This account is taken from "Songs of Pilgrimage and Glory" by E.E. Cornwall.
G.V. Wigram was born on March 29th. 1805, and died on February 1st. 1879. He was buried in Paddington Cemetery, London, by the side of Sir Edward Denny "Not a cloud above — not a spot within". Mr. Wigram was married twice: first to Fanny, daughter of Thomas Bligh (she died in 1834); secondly to Catharine, only daughter of William Parnell of Avondale. (She died on September 12th. 1867, in Canada).
As his name Vicesimus indicates, George Vicesimus Wigram was the 20th. child of his father, and the 14th of his mother who was the second wife of Sir Robert Wigram — she being the aunt to the late Charles Stewart Parnell. Mr. Wigram's brother James became a Vice-Chancellor and his brother Joseph became Bishop of Rochester.
When quite a young man, Mr. Wigram obtained a commission in the army. At the close of a day spent in exploring the field of the battle of Waterloo, he had a remarkable experience. There came to him such a revelation of the power of an unseen Presence; such light, such holiness, yet with it the overwhelming love and tenderness of Christ, so revealed as to remove all fear. This was his conversion at the age of nineteen. In writing afterwards he says, "Suddenly there came to my soul a something I had never known before. It was as if some One Infinite and Almighty, knowing everything, full of the deepest, tenderest interest in myself, though utterly and entirely abhorring everything in, and connected with me, made known to me that He pitied and loved myself". It was a remarkable conversion, probably indicating the special character of his testimony.
Mr. Wigram was "not disobedient unto the heavenly vision" and, resigning from the army in 1826, he entered Queens College, Oxford, with the intention of becoming a clergyman, but meeting earnest brethren in Christ, he abandoned his studies and commenced labouring for the Lord in London and elsewhere. It has been said that he all but joined Mr. A.N. Groves and his missionary band to Baghdad in June 1829. Two years later the plague broke up the little party, and eventually Mr. Groves became a missionary at Tinnevelly (South India). Shortly after this Mr. Wigram married Miss Fanny Bligh (known when a girl in Ireland) but she was called home in 1834.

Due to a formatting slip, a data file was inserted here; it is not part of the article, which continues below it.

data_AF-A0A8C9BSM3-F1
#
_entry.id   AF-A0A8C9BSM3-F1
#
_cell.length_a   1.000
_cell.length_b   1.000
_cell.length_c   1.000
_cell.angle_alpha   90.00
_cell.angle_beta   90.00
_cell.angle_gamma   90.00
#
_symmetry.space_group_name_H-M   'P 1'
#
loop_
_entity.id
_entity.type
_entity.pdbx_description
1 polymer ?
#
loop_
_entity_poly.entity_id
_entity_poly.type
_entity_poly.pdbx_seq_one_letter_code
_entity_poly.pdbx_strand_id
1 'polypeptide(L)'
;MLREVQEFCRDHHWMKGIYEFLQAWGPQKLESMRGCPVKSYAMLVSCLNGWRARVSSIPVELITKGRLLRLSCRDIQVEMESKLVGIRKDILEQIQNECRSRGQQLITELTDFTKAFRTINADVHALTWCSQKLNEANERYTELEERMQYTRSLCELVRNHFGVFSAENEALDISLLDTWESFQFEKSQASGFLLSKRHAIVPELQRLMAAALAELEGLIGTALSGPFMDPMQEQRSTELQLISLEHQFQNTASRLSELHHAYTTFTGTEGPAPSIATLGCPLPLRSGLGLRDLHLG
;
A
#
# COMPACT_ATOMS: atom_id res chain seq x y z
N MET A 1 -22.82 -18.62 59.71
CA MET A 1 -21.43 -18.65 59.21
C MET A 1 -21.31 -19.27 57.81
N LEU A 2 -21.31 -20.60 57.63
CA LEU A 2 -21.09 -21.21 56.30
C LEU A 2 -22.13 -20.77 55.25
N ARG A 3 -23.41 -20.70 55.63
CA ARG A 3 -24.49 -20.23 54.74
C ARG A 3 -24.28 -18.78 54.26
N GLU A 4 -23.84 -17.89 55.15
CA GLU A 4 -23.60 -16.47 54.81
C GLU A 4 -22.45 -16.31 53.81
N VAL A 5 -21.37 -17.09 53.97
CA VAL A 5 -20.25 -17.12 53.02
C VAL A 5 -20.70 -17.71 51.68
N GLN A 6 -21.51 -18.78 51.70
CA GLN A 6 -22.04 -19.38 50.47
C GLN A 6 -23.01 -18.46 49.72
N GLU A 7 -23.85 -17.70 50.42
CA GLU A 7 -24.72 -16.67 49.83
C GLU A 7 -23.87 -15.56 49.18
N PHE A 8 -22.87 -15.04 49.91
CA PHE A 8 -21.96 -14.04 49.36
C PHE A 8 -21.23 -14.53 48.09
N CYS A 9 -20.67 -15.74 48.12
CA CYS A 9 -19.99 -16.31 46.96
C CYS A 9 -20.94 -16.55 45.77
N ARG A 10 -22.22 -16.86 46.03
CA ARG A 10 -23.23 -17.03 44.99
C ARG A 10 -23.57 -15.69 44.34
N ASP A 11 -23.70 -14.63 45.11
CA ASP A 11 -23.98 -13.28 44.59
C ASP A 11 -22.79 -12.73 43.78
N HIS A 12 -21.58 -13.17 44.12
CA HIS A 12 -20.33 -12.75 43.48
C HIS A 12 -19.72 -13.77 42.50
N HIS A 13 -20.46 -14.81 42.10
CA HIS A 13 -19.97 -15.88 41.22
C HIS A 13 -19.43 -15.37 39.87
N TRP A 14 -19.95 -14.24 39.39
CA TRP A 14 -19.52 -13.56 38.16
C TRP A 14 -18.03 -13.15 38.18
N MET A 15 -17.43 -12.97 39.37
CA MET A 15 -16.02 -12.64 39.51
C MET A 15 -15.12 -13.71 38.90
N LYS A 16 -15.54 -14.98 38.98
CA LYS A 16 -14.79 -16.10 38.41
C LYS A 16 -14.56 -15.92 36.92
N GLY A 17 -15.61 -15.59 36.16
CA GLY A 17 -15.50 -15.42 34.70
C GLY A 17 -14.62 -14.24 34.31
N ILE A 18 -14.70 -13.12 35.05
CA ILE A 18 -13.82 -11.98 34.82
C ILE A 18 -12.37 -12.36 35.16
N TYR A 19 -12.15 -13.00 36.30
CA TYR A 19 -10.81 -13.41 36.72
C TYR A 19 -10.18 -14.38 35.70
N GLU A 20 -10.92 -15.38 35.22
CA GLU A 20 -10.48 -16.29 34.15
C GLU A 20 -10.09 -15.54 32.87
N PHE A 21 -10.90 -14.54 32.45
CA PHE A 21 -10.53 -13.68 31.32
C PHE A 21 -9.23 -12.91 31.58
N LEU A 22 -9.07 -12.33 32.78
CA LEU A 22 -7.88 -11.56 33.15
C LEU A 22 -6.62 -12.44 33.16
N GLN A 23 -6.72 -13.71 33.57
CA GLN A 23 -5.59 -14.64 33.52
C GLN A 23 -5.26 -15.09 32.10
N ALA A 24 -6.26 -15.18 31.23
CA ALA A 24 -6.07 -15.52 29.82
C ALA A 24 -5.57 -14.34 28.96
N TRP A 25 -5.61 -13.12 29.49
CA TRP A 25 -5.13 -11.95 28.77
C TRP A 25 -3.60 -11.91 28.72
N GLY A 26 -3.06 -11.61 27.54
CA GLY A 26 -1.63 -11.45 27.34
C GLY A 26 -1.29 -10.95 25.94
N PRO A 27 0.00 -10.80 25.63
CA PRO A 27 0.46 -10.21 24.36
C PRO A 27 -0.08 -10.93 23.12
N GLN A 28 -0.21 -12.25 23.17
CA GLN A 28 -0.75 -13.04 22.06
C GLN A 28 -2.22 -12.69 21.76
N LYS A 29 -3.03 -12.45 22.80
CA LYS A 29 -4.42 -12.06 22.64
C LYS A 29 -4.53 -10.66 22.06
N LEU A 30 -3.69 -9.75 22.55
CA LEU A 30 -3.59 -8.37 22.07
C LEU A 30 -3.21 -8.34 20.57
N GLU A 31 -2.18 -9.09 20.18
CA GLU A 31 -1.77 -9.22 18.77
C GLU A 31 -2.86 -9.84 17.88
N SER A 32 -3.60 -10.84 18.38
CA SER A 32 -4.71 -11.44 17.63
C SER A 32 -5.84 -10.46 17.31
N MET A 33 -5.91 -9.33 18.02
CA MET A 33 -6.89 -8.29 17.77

While comparatively young, Mr. Wigram had the great satisfaction of seeing completed two works of great value to Bible students, which, with the aid of others, and by his own financial help, were published. They were: "The Englishman's Greek and English Concordance to the New Testament (1839)" and "The Englishman's Hebrew and Chaldee Concordance to the Old Testament (1843)". It was a little previous to this that Mr. Wigram completed his compilation of hymns entitled "Hymns for the Poor of the Flock (1837-38)". It contained hymns by Watts, Wesley, Cowper, T. Kelly and others; and an appendix was added, chiefly to include a number of hymns by Sir Edward Denny that had just been written. The four earliest of Mr. Darby's were also inserted, two of them being pasted in at the end of the book. Then some 18 years later (1856) Mr. Wigram compiled another hymn book entitled "A Few Hymns and some Spiritual Songs for the Little Flock", to replace the other collection. In his preface he tells us that he decided to "retouch as little as possible, and with as light a hand as possible, but allow to remain no false, no faulty, no defective doctrine — cost what it might." This valuable hymn book was revised by Mr. Darby in 1881, and again by Mr. T.H. Reynolds in 1903. In this first edition, many of the older hymns were omitted in order to make room for new ones by Denny, Deck, Darby and Miss Bowly.